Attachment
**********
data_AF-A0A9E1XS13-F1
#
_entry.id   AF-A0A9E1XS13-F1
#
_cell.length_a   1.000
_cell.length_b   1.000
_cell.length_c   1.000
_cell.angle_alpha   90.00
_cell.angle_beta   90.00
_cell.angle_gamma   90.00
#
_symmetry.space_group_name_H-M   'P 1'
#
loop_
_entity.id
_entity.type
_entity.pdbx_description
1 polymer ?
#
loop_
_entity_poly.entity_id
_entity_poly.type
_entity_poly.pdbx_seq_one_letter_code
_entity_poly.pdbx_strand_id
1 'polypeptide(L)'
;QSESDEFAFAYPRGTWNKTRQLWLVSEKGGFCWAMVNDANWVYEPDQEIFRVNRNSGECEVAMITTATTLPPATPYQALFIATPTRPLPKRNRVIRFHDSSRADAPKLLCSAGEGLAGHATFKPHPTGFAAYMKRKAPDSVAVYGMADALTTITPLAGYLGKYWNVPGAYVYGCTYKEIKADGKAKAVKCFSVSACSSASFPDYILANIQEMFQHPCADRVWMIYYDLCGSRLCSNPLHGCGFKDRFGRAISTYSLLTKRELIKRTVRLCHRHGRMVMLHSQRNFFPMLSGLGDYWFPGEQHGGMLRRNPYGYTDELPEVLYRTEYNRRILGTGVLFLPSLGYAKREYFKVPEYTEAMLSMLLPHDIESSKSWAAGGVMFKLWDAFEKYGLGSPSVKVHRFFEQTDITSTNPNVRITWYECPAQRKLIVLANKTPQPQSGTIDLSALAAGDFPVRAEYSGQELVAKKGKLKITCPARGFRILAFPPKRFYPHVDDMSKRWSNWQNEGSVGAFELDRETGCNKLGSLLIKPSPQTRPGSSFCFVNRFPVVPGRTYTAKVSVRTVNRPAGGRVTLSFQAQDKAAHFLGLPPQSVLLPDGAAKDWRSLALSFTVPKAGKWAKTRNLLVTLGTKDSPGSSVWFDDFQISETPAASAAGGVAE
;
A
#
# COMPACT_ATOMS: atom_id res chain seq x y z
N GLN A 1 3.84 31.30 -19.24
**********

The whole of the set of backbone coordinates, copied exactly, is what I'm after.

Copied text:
data_AF-A0A9E1XS13-F1
#
_entry.id   AF-A0A9E1XS13-F1
#
_cell.length_a   1.000
_cell.length_b   1.000
_cell.length_c   1.000
_cell.angle_alpha   90.00
_cell.angle_beta   90.00
_cell.angle_gamma   90.00
#
_symmetry.space_group_name_H-M   'P 1'
#
loop_
_entity.id
_entity.type
_entity.pdbx_description
1 polymer ?
#
loop_
_entity_poly.entity_id
_entity_poly.type
_entity_poly.pdbx_seq_one_letter_code
_entity_poly.pdbx_strand_id
1 'polypeptide(L)'
;QSESDEFAFAYPRGTWNKTRQLWLVSEKGGFCWAMVNDANWVYEPDQEIFRVNRNSGECEVAMITTATTLPPATPYQALFIATPTRPLPKRNRVIRFHDSSRADAPKLLCSAGEGLAGHATFKPHPTGFAAYMKRKAPDSVAVYGMADALTTITPLAGYLGKYWNVPGAYVYGCTYKEIKADGKAKAVKCFSVSACSSASFPDYILANIQEMFQHPCADRVWMIYYDLCGSRLCSNPLHGCGFKDRFGRAISTYSLLTKRELIKRTVRLCHRHGRMVMLHSQRNFFPMLSGLGDYWFPGEQHGGMLRRNPYGYTDELPEVLYRTEYNRRILGTGVLFLPSLGYAKREYFKVPEYTEAMLSMLLPHDIESSKSWAAGGVMFKLWDAFEKYGLGSPSVKVHRFFEQTDITSTNPNVRITWYECPAQRKLIVLANKTPQPQSGTIDLSALAAGDFPVRAEYSGQELVAKKGKLKITCPARGFRILAFPPKRFYPHVDDMSKRWSNWQNEGSVGAFELDRETGCNKLGSLLIKPSPQTRPGSSFCFVNRFPVVPGRTYTAKVSVRTVNRPAGGRVTLSFQAQDKAAHFLGLPPQSVLLPDGAAKDWRSLALSFTVPKAGKWAKTRNLLVTLGTKDSPGSSVWFDDFQISETPAASAAGGVAE
;
A
#
# COMPACT_ATOMS: atom_id res chain seq x y z
N GLN A 1 3.84 31.30 -19.24